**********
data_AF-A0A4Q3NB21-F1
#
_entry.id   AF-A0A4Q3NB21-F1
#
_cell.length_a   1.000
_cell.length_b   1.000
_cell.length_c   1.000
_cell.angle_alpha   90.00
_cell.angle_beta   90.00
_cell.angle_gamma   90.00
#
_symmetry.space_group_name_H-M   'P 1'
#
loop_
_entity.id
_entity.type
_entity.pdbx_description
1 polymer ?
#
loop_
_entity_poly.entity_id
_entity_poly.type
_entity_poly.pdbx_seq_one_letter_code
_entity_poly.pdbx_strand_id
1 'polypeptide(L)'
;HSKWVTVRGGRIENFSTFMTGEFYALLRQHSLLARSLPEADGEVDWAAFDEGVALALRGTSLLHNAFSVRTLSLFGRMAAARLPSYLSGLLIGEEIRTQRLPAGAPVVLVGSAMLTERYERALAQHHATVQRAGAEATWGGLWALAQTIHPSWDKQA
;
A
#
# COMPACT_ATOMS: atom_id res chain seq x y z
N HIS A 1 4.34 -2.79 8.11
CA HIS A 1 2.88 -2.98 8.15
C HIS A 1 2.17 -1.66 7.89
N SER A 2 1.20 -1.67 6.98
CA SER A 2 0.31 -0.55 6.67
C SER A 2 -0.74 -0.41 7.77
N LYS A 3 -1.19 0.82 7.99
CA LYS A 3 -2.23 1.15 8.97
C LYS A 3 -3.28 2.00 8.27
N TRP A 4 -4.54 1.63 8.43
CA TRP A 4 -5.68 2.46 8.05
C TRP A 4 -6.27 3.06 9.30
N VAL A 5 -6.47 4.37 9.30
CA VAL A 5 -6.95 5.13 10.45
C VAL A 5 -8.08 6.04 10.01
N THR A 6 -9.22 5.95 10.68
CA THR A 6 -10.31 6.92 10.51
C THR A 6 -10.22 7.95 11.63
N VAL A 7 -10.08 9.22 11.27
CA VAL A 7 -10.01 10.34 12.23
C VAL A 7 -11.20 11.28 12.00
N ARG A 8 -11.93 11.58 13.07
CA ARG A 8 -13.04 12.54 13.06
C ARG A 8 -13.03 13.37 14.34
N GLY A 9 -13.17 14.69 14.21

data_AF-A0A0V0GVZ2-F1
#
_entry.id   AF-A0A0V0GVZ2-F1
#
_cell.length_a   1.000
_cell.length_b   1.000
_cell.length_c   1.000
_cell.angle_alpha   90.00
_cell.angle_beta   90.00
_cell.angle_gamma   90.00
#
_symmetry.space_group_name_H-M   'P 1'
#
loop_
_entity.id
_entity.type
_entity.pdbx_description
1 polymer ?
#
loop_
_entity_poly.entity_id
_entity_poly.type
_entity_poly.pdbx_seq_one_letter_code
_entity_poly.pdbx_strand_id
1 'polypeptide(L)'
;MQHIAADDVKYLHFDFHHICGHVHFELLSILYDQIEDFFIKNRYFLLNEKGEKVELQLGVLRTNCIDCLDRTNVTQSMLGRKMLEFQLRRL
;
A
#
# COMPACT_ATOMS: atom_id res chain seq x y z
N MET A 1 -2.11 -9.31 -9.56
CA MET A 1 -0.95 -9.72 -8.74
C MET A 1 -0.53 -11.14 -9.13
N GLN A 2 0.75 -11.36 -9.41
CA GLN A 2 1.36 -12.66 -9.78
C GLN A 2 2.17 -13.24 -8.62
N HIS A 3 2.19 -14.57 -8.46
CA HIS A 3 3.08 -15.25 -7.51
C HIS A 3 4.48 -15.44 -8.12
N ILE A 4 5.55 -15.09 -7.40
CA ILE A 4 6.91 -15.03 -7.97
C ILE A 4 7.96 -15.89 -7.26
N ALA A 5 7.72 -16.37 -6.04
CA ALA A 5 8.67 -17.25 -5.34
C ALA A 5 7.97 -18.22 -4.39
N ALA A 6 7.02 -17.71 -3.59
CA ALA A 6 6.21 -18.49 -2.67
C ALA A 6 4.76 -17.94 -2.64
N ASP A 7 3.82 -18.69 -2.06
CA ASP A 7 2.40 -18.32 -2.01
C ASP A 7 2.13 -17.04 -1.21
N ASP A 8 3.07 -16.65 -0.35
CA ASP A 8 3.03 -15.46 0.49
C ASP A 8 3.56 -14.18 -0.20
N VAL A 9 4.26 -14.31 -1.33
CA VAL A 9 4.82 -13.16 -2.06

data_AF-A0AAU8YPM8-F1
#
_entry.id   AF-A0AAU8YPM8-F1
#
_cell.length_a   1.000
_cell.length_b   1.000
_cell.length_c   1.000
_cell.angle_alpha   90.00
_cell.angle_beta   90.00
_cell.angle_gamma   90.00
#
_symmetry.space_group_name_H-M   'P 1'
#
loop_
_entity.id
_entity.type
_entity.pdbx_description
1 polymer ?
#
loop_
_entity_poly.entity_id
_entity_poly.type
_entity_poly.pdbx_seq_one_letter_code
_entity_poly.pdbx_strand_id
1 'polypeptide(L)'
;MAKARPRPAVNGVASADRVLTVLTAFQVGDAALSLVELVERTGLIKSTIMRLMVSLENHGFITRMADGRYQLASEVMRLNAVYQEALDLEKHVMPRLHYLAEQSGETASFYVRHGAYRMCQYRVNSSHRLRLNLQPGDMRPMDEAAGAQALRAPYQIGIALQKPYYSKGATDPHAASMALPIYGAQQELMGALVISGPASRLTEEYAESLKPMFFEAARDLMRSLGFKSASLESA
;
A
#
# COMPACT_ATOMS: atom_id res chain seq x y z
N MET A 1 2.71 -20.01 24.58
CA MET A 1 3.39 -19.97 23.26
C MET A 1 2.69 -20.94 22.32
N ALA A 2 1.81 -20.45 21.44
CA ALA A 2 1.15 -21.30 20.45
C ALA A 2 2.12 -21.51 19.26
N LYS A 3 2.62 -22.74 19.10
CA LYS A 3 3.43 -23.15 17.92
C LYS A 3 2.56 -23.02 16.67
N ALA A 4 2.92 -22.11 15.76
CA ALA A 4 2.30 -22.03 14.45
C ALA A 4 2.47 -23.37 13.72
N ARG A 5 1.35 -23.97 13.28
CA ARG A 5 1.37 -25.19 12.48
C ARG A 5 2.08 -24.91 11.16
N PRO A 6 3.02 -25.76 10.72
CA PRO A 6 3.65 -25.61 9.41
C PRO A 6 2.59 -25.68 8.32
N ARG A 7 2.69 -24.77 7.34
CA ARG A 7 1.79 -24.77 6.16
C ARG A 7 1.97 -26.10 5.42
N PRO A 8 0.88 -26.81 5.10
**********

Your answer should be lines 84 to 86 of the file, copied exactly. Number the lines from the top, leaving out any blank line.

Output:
#
# COMPACT_ATOMS: atom_id res chain seq x y z
N MET A 1 -2.11 -9.31 -9.56